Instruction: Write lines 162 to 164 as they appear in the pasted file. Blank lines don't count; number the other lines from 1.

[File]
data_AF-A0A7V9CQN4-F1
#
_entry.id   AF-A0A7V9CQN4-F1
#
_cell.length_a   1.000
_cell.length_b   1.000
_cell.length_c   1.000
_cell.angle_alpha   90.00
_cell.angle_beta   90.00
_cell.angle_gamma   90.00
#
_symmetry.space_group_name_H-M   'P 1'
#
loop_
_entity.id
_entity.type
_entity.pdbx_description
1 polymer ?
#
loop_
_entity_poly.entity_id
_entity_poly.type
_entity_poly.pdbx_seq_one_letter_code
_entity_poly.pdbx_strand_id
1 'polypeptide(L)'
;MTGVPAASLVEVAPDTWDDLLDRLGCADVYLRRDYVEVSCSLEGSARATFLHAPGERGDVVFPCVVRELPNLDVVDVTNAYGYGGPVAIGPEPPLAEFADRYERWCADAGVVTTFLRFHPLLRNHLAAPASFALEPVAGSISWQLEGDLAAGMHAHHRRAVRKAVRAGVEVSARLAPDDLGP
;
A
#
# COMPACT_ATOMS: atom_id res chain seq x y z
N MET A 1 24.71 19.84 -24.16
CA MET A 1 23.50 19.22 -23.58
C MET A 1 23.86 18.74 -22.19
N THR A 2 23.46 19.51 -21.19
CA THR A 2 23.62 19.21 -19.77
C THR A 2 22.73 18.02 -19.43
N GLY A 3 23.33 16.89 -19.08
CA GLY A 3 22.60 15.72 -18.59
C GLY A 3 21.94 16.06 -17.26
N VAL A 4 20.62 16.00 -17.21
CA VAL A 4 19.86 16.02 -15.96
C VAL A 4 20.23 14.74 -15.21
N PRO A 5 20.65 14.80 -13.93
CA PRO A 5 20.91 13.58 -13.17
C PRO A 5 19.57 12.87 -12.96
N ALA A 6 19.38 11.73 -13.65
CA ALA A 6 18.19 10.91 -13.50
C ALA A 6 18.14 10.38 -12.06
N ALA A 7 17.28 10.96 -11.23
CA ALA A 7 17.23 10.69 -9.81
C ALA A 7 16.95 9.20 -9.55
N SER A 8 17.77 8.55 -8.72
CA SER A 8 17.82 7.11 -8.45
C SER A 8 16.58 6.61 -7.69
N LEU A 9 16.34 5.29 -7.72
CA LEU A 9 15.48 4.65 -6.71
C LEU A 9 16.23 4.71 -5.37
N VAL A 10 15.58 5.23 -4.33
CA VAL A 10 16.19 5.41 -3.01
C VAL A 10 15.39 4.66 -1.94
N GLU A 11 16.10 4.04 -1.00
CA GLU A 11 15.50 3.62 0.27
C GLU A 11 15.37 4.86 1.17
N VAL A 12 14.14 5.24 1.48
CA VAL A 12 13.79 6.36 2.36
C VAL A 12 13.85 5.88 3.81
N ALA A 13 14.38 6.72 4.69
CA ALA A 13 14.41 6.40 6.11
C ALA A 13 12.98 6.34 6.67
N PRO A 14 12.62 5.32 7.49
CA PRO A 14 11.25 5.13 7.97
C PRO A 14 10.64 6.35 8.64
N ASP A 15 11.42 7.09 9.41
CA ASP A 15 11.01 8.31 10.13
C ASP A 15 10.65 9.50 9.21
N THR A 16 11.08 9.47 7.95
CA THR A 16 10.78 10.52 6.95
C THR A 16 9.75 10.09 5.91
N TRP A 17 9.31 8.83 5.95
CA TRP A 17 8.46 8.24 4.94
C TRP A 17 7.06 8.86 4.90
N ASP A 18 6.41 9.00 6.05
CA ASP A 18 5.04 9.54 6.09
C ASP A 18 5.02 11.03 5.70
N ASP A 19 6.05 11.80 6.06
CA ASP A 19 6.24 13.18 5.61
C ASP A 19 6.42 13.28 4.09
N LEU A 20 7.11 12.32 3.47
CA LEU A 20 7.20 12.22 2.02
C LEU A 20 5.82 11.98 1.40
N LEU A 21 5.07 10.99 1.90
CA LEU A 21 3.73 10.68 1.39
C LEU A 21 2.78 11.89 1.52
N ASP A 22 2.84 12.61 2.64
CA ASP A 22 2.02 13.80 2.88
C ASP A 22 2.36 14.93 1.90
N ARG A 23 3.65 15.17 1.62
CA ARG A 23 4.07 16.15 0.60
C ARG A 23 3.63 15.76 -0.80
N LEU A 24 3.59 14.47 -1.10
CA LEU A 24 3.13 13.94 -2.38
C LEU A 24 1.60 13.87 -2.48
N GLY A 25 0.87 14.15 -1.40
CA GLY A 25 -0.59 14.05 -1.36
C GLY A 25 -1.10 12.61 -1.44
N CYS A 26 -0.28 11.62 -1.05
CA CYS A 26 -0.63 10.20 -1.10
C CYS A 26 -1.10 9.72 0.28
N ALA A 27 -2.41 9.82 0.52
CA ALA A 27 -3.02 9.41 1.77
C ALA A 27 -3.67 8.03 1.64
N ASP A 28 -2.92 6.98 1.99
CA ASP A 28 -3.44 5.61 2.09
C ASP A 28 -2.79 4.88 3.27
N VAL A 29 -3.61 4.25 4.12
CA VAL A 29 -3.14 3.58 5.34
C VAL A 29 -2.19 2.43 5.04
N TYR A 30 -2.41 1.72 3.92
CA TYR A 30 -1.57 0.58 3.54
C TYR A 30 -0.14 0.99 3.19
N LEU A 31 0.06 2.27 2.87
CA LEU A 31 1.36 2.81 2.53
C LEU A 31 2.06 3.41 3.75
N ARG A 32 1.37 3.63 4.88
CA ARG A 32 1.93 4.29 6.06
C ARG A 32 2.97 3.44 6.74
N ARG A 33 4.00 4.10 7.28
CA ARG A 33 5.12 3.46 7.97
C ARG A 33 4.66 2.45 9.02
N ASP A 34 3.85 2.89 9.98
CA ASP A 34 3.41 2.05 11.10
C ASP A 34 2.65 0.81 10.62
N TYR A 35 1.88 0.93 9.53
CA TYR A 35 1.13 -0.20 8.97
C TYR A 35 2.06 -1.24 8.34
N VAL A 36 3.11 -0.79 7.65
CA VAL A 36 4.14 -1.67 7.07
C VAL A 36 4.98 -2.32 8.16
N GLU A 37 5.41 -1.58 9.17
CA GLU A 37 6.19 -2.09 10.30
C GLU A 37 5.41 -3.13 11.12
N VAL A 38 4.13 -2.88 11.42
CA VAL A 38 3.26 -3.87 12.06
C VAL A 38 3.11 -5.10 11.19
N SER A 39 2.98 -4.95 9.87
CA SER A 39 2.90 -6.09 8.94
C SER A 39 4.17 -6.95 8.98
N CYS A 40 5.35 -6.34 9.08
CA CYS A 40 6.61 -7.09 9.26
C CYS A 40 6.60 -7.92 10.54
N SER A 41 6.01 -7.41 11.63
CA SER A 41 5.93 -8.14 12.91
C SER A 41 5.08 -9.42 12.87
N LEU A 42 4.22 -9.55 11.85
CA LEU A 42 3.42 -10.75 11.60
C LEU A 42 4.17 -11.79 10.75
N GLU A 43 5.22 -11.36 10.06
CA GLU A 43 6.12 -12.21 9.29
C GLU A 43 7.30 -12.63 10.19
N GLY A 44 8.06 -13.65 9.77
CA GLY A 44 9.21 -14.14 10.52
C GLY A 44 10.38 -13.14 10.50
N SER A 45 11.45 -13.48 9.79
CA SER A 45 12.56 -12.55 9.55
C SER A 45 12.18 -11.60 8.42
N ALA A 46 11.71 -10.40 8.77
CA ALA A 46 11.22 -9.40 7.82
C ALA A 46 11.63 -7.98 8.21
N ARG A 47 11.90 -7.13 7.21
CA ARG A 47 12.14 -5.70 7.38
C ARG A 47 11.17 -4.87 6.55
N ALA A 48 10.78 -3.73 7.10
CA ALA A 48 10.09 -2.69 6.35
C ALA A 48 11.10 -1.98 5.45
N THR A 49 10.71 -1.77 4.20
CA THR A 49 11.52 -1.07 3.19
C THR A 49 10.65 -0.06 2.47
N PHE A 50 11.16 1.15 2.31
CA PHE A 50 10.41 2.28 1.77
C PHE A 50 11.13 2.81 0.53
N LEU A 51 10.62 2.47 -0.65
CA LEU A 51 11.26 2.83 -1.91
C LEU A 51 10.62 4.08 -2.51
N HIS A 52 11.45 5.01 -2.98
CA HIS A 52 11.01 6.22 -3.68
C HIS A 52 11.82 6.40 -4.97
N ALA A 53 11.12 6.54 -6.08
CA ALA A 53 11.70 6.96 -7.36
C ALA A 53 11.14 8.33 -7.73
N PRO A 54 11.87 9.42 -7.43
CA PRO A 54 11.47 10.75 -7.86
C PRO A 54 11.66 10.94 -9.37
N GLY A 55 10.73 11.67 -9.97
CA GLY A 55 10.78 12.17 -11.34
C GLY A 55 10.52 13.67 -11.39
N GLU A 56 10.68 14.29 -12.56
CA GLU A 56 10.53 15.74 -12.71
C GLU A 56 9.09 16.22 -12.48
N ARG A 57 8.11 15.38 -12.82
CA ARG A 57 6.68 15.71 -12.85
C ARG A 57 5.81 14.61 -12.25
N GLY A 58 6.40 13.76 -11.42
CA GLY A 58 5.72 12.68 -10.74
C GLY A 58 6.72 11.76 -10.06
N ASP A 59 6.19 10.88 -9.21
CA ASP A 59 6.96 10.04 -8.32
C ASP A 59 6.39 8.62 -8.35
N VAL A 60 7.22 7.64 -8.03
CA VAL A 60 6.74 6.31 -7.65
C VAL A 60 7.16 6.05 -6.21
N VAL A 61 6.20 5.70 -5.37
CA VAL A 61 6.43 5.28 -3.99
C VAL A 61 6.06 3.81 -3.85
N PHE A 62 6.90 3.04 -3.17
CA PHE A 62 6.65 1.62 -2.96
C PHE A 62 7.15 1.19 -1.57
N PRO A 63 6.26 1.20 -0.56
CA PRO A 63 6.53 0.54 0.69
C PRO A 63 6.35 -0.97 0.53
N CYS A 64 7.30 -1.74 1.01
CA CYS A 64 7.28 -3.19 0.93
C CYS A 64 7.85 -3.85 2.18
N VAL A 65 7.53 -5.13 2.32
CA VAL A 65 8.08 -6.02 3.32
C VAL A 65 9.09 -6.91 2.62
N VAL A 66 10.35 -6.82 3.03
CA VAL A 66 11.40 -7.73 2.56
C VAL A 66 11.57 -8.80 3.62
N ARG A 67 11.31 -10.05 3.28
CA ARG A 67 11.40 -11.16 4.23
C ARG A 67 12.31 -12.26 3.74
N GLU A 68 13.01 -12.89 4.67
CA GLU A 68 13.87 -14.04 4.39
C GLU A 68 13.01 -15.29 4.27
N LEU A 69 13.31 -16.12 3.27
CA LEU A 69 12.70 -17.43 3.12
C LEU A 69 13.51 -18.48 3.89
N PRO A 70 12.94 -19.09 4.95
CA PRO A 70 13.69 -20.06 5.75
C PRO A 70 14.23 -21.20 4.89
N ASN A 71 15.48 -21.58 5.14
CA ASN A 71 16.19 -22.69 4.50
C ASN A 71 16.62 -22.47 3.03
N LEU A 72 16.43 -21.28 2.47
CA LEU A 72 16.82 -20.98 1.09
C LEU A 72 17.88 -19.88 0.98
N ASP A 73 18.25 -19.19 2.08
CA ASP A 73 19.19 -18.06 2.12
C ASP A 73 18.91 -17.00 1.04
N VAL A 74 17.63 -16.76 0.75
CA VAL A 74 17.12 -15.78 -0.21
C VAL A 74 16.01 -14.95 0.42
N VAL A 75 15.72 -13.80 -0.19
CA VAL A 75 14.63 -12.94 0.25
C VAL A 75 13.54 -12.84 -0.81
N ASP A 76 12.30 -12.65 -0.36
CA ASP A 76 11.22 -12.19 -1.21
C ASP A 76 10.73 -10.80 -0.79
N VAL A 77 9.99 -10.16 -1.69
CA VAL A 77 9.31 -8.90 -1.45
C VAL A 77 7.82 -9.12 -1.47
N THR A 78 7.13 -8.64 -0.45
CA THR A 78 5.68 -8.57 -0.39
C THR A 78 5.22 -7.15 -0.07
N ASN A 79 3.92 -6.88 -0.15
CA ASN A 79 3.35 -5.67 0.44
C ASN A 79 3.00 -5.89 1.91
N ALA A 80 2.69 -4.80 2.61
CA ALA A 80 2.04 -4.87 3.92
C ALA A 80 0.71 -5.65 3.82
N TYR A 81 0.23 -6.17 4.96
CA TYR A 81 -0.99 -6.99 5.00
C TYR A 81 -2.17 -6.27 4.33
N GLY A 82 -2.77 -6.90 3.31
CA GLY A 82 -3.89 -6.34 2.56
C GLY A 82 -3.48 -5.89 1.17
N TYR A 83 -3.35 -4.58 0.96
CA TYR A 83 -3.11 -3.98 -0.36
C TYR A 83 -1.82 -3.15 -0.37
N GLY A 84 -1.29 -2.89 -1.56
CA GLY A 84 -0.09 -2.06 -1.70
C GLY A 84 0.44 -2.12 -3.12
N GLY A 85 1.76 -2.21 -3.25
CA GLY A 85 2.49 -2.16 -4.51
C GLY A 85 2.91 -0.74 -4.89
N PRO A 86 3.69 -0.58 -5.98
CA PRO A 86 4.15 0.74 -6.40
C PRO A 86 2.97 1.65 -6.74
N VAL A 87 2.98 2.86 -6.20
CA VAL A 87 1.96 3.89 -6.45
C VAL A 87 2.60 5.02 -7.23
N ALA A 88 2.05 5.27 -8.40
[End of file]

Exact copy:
C GLY A 44 10.38 -13.14 10.50
N SER A 45 11.45 -13.48 9.79
CA SER A 45 12.56 -12.55 9.55